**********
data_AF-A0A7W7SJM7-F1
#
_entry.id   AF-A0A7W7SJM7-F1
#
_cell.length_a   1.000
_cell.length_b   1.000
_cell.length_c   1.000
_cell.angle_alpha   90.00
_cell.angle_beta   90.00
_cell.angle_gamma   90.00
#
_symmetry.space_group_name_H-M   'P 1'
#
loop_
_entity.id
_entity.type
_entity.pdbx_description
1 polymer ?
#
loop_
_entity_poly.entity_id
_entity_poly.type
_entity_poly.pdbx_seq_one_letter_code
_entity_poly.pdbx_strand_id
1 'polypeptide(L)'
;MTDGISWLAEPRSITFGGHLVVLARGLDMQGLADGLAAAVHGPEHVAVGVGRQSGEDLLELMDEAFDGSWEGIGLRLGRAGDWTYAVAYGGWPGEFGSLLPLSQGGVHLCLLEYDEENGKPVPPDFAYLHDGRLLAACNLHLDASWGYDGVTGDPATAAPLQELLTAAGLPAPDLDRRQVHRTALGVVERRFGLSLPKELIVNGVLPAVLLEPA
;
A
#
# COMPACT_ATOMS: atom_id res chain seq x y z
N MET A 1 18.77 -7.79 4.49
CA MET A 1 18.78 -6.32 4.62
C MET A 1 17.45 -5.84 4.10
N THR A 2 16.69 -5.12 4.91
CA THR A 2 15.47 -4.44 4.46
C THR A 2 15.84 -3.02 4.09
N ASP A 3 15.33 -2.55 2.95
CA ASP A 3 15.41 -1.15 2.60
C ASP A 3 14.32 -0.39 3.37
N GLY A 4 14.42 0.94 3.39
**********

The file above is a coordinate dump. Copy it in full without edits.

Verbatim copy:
data_AF-A0A7W7SJM7-F1
#
_entry.id   AF-A0A7W7SJM7-F1
#
_cell.length_a   1.000
_cell.length_b   1.000
_cell.length_c   1.000
_cell.angle_alpha   90.00
_cell.angle_beta   90.00
_cell.angle_gamma   90.00
#
_symmetry.space_group_name_H-M   'P 1'
#
loop_
_entity.id
_entity.type
_entity.pdbx_description
1 polymer ?
#
loop_
_entity_poly.entity_id
_entity_poly.type
_entity_poly.pdbx_seq_one_letter_code
_entity_poly.pdbx_strand_id
1 'polypeptide(L)'
;MTDGISWLAEPRSITFGGHLVVLARGLDMQGLADGLAAAVHGPEHVAVGVGRQSGEDLLELMDEAFDGSWEGIGLRLGRAGDWTYAVAYGGWPGEFGSLLPLSQGGVHLCLLEYDEENGKPVPPDFAYLHDGRLLAACNLHLDASWGYDGVTGDPATAAPLQELLTAAGLPAPDLDRRQVHRTALGVVERRFGLSLPKELIVNGVLPAVLLEPA
;
A
#
# COMPACT_ATOMS: atom_id res chain seq x y z
N MET A 1 18.77 -7.79 4.49
CA MET A 1 18.78 -6.32 4.62
C MET A 1 17.45 -5.84 4.10
N THR A 2 16.69 -5.12 4.91
CA THR A 2 15.47 -4.44 4.46
C THR A 2 15.84 -3.02 4.09
N ASP A 3 15.33 -2.55 2.95
CA ASP A 3 15.41 -1.15 2.60
C ASP A 3 14.32 -0.39 3.37
N GLY A 4 14.42 0.94 3.39